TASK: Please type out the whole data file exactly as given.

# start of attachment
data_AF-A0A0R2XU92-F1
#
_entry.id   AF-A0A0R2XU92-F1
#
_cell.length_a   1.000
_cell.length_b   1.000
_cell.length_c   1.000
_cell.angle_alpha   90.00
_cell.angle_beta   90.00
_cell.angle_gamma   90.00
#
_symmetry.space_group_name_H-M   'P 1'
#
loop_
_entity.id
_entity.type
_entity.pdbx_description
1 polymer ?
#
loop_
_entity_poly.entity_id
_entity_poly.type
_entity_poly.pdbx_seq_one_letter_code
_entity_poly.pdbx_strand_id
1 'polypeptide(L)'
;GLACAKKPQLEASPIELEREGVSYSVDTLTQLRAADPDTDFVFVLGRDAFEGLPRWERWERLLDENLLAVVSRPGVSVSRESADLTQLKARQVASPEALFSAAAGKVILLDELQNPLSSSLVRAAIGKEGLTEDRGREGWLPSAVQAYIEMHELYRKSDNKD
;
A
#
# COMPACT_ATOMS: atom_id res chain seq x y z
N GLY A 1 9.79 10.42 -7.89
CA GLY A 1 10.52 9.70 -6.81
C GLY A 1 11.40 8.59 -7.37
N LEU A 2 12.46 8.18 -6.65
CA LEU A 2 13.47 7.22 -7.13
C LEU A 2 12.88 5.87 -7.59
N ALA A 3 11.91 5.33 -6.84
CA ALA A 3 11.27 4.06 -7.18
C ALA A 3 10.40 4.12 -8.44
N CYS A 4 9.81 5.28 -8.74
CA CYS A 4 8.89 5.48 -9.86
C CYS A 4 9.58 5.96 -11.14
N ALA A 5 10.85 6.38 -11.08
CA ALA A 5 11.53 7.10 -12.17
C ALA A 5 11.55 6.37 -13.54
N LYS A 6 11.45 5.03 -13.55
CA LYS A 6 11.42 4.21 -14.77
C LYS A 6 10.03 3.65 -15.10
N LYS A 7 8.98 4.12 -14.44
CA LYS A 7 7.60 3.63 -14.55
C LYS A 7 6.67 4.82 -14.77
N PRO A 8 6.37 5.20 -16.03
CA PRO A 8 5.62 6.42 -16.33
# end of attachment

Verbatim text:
data_AF-A0A0R2XU92-F1
#
_entry.id   AF-A0A0R2XU92-F1
#
_cell.length_a   1.000
_cell.length_b   1.000
_cell.length_c   1.000
_cell.angle_alpha   90.00
_cell.angle_beta   90.00
_cell.angle_gamma   90.00
#
_symmetry.space_group_name_H-M   'P 1'
#
loop_
_entity.id
_entity.type
_entity.pdbx_description
1 polymer ?
#
loop_
_entity_poly.entity_id
_entity_poly.type
_entity_poly.pdbx_seq_one_letter_code
_entity_poly.pdbx_strand_id
1 'polypeptide(L)'
;GLACAKKPQLEASPIELEREGVSYSVDTLTQLRAADPDTDFVFVLGRDAFEGLPRWERWERLLDENLLAVVSRPGVSVSRESADLTQLKARQVASPEALFSAAAGKVILLDELQNPLSSSLVRAAIGKEGLTEDRGREGWLPSAVQAYIEMHELYRKSDNKD
;
A
#
# COMPACT_ATOMS: atom_id res chain seq x y z
N GLY A 1 9.79 10.42 -7.89
CA GLY A 1 10.52 9.70 -6.81
C GLY A 1 11.40 8.59 -7.37
N LEU A 2 12.46 8.18 -6.65
CA LEU A 2 13.47 7.22 -7.13
C LEU A 2 12.88 5.87 -7.59
N ALA A 3 11.91 5.33 -6.84
CA ALA A 3 11.27 4.06 -7.18
C ALA A 3 10.40 4.12 -8.44
N CYS A 4 9.81 5.28 -8.74
CA CYS A 4 8.89 5.48 -9.86
C CYS A 4 9.58 5.96 -11.14
N ALA A 5 10.85 6.38 -11.08
CA ALA A 5 11.53 7.10 -12.17
C ALA A 5 11.55 6.37 -13.54
N LYS A 6 11.45 5.03 -13.55
CA LYS A 6 11.42 4.21 -14.77
C LYS A 6 10.03 3.65 -15.10
N LYS A 7 8.98 4.12 -14.44
CA LYS A 7 7.60 3.63 -14.55
C LYS A 7 6.67 4.82 -14.77
N PRO A 8 6.37 5.20 -16.03
CA PRO A 8 5.62 6.42 -16.33